Limits of the panoramic image
The panoramic radiograph represents a two-dimensional image of anatomic structures located in the three dimensions of space (Fig 3-1). The arrangement of these structures may therefore be assessed in the sagittal and coronal (vertical) planes. Conversely, the images do not show the buccolingual (or axial) component. Panoramic radiography is a type of curved rotating scanning tomography that uses slices of variable thickness. The slices are thicker in the posterior area of the dental arches than in the anterior area (Pajoni).
Therefore, the relationship between several superimposed anatomic components is difficult to interpret with the panoramic radiograph (Fig 3-2a).
Finally, the magnifying ratio, which may vary according to the device used, does not allow precise measurement to be made from this type of radiograph, except in the case of the Scanora.
Evaluation of the position and morphology of the third molar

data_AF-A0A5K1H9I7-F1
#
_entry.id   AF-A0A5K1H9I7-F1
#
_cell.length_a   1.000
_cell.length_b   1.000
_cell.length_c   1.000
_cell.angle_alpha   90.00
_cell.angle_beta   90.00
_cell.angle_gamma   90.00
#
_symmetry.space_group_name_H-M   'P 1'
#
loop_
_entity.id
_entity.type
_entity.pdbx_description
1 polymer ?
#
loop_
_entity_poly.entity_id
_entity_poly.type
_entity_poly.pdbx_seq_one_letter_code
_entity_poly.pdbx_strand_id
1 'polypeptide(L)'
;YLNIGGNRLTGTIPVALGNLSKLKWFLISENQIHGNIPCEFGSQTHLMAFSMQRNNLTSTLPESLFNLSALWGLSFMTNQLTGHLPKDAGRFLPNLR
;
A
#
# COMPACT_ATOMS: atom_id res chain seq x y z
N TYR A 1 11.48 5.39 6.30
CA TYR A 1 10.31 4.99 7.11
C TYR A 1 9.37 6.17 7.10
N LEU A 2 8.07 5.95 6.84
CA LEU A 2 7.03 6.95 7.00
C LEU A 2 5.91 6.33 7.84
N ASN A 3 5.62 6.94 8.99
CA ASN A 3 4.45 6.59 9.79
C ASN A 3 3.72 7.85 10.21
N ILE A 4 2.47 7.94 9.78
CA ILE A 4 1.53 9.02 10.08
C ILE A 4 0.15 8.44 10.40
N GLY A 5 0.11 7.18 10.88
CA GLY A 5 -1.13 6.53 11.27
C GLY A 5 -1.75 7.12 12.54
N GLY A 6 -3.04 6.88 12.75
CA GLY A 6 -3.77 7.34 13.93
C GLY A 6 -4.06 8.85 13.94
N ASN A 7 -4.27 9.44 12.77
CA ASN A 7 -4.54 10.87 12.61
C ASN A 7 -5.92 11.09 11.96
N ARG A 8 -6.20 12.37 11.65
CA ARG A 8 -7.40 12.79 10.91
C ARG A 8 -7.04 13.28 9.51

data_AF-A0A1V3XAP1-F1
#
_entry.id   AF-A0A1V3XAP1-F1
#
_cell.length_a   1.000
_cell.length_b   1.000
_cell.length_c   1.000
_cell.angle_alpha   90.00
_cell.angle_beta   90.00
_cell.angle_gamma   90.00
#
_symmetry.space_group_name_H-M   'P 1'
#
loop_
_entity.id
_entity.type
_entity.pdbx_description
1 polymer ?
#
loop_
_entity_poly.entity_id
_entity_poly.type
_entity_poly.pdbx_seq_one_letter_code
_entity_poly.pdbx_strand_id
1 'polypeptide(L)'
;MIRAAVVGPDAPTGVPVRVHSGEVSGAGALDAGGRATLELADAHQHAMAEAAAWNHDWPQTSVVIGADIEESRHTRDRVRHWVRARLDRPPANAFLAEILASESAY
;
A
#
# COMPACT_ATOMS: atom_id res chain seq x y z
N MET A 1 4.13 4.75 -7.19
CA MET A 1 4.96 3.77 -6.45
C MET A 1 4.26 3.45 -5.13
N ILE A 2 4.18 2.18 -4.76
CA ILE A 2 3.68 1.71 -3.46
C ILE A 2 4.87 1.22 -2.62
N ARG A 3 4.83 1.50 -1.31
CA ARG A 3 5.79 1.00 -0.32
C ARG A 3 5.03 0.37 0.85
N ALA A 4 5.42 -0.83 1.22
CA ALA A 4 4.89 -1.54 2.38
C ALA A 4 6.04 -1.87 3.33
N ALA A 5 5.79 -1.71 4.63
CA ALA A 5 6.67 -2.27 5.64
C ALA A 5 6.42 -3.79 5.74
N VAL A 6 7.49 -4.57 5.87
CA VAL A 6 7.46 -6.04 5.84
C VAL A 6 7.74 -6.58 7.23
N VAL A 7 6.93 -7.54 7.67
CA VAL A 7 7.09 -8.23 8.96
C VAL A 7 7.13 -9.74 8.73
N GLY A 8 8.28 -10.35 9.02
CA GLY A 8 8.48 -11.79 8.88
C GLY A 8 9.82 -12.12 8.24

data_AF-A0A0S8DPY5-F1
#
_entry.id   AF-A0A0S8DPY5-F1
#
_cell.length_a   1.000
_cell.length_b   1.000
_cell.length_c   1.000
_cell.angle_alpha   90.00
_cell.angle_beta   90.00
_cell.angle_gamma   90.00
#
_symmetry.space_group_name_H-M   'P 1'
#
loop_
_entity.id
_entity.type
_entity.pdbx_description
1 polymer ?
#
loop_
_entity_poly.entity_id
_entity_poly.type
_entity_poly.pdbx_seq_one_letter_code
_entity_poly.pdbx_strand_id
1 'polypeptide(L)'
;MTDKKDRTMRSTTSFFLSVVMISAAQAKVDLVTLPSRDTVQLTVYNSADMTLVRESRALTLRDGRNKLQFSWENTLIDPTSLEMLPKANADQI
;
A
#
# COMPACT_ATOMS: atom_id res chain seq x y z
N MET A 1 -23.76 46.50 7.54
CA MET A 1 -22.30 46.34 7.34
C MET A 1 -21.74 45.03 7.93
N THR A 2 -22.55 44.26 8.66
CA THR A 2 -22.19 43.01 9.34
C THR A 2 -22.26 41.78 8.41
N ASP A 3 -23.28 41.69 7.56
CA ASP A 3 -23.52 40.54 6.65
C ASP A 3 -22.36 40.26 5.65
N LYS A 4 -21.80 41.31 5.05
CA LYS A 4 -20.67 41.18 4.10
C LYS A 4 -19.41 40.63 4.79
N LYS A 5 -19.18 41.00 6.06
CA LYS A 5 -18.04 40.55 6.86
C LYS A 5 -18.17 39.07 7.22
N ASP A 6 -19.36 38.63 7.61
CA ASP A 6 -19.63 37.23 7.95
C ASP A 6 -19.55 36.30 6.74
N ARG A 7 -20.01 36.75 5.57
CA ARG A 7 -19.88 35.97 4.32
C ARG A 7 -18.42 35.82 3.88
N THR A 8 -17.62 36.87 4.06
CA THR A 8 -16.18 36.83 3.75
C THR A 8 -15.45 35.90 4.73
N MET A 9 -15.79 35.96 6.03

Accurate interpretation of radiographs is only possible if the palatal plane is strictly horizontal. The slightest bending or extension of the patient’s head during the radiographic procedure will lead to distortions, thus making the radiographic image incomprehensible (Pajoni).
Interpretation of the panoramic radiograph is carried out methodically in the two dimensions of space, sagittal and coronal. This analysis refers to the classifications described in chapter 4. Conversely, in the buccolingual dimension, superimposition of the roots and anatomic structures—mandibular canal and sinus—cannot be interpreted. A three-dimensional examination is often required (see below).
|Sagittal||Inclination of the tooth Space between second molar and ramus||Inclination of the tooth Relationship with the sinus Tuberosity form|
|Vertical or coronal||Depth of the impaction||Depth of the impaction|
|Root morphology||• Number||Morphology of the buccal roots|
|• Thickness of the inter-root septum|
|Mandibular canal||– Distant from
|– Distant from
|Transversal or axial||Mandibular canal and roots||Superimposed structures||Sinu/>|